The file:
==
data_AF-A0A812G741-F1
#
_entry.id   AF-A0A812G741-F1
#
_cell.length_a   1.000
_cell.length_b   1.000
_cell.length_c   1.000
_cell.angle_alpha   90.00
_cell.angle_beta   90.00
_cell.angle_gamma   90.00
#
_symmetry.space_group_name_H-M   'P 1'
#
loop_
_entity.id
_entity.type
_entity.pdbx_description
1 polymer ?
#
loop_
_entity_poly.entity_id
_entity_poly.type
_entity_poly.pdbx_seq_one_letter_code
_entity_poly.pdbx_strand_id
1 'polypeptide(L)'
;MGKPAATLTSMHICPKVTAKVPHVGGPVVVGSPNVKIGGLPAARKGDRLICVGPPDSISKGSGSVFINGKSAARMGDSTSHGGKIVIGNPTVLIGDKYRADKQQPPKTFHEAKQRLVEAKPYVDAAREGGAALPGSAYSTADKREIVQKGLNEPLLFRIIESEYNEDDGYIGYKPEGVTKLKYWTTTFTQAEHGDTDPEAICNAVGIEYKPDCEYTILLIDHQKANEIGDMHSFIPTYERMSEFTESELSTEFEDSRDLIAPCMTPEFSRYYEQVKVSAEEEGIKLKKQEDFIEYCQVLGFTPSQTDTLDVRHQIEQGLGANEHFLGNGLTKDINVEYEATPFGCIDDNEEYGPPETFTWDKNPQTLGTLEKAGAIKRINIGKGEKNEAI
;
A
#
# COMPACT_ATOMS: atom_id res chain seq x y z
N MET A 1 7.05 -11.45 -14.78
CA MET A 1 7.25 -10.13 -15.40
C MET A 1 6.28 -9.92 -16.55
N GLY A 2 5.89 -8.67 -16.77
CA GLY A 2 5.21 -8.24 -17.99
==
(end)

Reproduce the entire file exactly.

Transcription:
data_AF-A0A812G741-F1
#
_entry.id   AF-A0A812G741-F1
#
_cell.length_a   1.000
_cell.length_b   1.000
_cell.length_c   1.000
_cell.angle_alpha   90.00
_cell.angle_beta   90.00
_cell.angle_gamma   90.00
#
_symmetry.space_group_name_H-M   'P 1'
#
loop_
_entity.id
_entity.type
_entity.pdbx_description
1 polymer ?
#
loop_
_entity_poly.entity_id
_entity_poly.type
_entity_poly.pdbx_seq_one_letter_code
_entity_poly.pdbx_strand_id
1 'polypeptide(L)'
;MGKPAATLTSMHICPKVTAKVPHVGGPVVVGSPNVKIGGLPAARKGDRLICVGPPDSISKGSGSVFINGKSAARMGDSTSHGGKIVIGNPTVLIGDKYRADKQQPPKTFHEAKQRLVEAKPYVDAAREGGAALPGSAYSTADKREIVQKGLNEPLLFRIIESEYNEDDGYIGYKPEGVTKLKYWTTTFTQAEHGDTDPEAICNAVGIEYKPDCEYTILLIDHQKANEIGDMHSFIPTYERMSEFTESELSTEFEDSRDLIAPCMTPEFSRYYEQVKVSAEEEGIKLKKQEDFIEYCQVLGFTPSQTDTLDVRHQIEQGLGANEHFLGNGLTKDINVEYEATPFGCIDDNEEYGPPETFTWDKNPQTLGTLEKAGAIKRINIGKGEKNEAI
;
A
#
# COMPACT_ATOMS: atom_id res chain seq x y z
N MET A 1 7.05 -11.45 -14.78
CA MET A 1 7.25 -10.13 -15.40
C MET A 1 6.28 -9.92 -16.55
N GLY A 2 5.89 -8.67 -16.77
CA GLY A 2 5.21 -8.24 -17.99